U.S. Court of Appeals for the Fourth Circuit via [Public Domain]
ABOVE: Fourth Circuit Court of Appeals

The Fourth Circuit recently handed down a decision in United States v. Bishop in which it upheld the conviction of Brian Bishop, a U.S. foreign service officer, who was convicted of an attempted export of ammunition in connection with his move from his residence in Alabama to his post in Jordan. Bishop’s appeal centered on the knowledge requirement for an export conviction, arguing that he was unaware that the items he was exporting were on the USML. The Fourth Circuit held that specific knowledge that the items were USML is not necessary to support a conviction and ruled that the District Court had adequate evidence that Bishop knew that the exports were illegal.

The odd part of this finding is that Bishop had left the ammunition in the boxes in which the ammunition was purchased and which were clearly labelled “ORM–D” and “cartridges, small arms.” Indeed, the District Court relied on that labeling to acquit Bishop on charges of delivering ammunition to a carrier without notice in violation of 18 U.S.C. § 922(e). Generally speaking, criminal export cases almost always rely on mislabeling the goods as the most significant indicia of criminal intent, so this case is a bit of an outlier.

The evidence of Bishop’s intent relied on by the District Court, and upheld by the Fourth Circuit, seems pretty sketchy. The Fourth Circuit cited State Department training that Bishop received on the Foreign Affairs Manual, which states that shipment of ammunition is prohibited. The FAM cites 27 C.F.R. § 478 as authority for that prohibition and that regulation cites the Arms Export Control Act, although there is no suggestion that Bishop looked up the text of that regulation, not cited in the FAM, and saw its reference to the AECA. And, worse yet, the State Department employee who provided the FAM training to Bishop herself testified: “I can’t tell you what the State Department’s reasoning is” for prohibiting the shipment of ammunition.

The Fourth Circuit further cites an email from the moving company that Bishop’s wife received after the moving company had taken possession of the household effects stating that the shipment of the ammunition was illegal. This hardly seems probative of Bishop’s state of mind when he gave the ammunition to the moving company for export. Also cited by the Court was an inventory, prepared by the movers, which Bishop signed, and which did not mention the ammunition.  However, there was no evidence that he read the inventory carefully or noticed the omission. The worst evidence for Bishop is, perhaps, the fact that some of the ammunition was repacked by Bishop in boxes labelled “weights,” although it seems hard to rely on that when some of the ammunition remained in its original packaging and was clearly marked as ammunition.  Indeed, all of the evidence cited by the two courts cannot trump the simple fact that Bishop shipped the ammunition in clearly marked boxes.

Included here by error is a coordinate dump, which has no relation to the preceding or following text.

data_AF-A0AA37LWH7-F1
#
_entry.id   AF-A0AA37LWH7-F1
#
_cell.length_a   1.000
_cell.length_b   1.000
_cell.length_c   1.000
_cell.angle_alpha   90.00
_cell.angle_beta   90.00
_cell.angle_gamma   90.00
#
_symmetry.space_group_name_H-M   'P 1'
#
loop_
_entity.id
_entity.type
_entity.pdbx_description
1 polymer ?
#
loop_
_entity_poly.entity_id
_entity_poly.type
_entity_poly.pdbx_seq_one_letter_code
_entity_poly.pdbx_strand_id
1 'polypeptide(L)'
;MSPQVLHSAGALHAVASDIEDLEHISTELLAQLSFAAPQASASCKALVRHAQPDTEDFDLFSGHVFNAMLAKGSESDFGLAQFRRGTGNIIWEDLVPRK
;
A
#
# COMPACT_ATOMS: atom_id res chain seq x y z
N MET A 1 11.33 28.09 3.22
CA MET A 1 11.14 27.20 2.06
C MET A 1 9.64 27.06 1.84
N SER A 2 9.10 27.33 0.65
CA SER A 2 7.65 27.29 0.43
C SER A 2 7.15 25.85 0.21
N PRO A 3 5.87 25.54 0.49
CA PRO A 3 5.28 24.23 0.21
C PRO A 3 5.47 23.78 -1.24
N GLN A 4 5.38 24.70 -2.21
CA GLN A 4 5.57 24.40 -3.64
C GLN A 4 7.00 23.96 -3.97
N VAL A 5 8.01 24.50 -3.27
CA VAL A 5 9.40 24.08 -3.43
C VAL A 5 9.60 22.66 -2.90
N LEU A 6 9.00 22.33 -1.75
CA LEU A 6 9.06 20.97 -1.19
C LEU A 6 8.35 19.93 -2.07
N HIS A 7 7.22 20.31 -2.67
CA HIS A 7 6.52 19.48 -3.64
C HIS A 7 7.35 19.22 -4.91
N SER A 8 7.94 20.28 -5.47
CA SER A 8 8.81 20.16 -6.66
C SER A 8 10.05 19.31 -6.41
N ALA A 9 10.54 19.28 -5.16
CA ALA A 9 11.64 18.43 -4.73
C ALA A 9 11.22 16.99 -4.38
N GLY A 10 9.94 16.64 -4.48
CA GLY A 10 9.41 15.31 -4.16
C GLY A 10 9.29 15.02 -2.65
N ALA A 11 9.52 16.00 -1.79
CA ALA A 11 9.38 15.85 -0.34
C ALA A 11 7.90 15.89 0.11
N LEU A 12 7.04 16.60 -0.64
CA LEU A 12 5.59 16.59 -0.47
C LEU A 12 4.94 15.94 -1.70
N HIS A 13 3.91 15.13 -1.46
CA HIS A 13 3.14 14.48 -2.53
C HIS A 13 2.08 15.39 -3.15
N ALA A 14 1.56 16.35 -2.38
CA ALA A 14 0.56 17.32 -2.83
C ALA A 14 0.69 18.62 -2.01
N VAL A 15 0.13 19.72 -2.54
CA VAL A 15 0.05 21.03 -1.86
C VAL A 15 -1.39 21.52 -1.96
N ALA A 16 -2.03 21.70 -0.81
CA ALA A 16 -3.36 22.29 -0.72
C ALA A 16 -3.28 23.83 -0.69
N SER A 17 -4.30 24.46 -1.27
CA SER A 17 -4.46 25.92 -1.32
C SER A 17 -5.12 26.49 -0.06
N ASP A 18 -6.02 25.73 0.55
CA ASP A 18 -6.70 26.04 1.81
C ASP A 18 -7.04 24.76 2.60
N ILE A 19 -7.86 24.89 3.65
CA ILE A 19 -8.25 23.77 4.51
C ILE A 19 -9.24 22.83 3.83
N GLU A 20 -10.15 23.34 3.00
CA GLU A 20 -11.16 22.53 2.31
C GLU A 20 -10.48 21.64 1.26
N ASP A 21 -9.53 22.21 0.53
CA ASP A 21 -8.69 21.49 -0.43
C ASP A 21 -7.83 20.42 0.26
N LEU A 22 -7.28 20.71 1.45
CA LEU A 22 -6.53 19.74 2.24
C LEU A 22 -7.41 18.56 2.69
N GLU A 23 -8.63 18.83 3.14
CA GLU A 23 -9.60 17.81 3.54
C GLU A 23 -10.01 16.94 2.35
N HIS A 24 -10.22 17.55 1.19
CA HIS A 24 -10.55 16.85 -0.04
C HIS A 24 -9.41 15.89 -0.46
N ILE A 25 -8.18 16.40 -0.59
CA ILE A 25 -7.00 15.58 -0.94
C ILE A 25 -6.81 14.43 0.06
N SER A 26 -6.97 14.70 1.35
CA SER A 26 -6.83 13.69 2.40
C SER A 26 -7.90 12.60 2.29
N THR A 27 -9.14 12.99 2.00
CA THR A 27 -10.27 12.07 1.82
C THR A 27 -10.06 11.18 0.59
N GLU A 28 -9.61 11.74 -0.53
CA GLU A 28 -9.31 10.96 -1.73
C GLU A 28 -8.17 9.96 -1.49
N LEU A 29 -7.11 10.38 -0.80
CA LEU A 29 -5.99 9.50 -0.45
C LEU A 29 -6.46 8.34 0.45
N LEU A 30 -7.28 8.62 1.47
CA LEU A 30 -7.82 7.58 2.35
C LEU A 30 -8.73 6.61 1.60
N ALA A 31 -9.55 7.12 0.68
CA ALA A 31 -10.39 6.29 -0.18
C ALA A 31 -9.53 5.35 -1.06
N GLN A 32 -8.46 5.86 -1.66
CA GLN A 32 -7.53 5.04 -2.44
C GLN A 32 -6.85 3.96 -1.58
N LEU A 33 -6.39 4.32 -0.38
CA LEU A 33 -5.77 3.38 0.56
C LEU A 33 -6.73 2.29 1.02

Ironically, in a case that turns on knowledge of illegality, the court and the prosecutors themselves seem to be confused about what ammunition is and isn’t on the USML. Excluded from the AECA charges were “nearly 2,000 rounds of .45–caliber and 12–gauge shotgun ammunition.” These were only included in the count alleging delivery of ammunition without notice to a carrier. The 12-gauge shotgun shells are probably not Category III of the USML because shotguns with barrel lengths of 18 inches or longer are excluded from Category I. That ammunition would therefore be controlled under ECCN 0A984 and could be exported to Jordan without license. But .45 caliber ammunition is clearly covered under USML Category III, so it is odd that it was excluded from the count alleging the AECA violations.

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DTrade Vulnerability Could Allow Foreign Spies to Hack Your Network

Posted by Clif Burns at 2:25 pm on January 24, 2014
Category: DDTC

Chinese Army training with computers [Fair Use]Back in December, IBM issued a security alert relating to the IBM Forms Viewer 8.0.1 which must be used as part of filing licenses through DTrade. The alert says this:

A XFDL form can be created in such a way that could cause a stack buffer overflow to occur in the IBM Forms Viewer that could allow remote code execution to occur if the form is loaded.

That, of course, is geekspeak meaning that running DTrade on your network can allow a hacker to take over your system remotely and download whatever strikes his or her fancy, including ITAR-controlled technical data.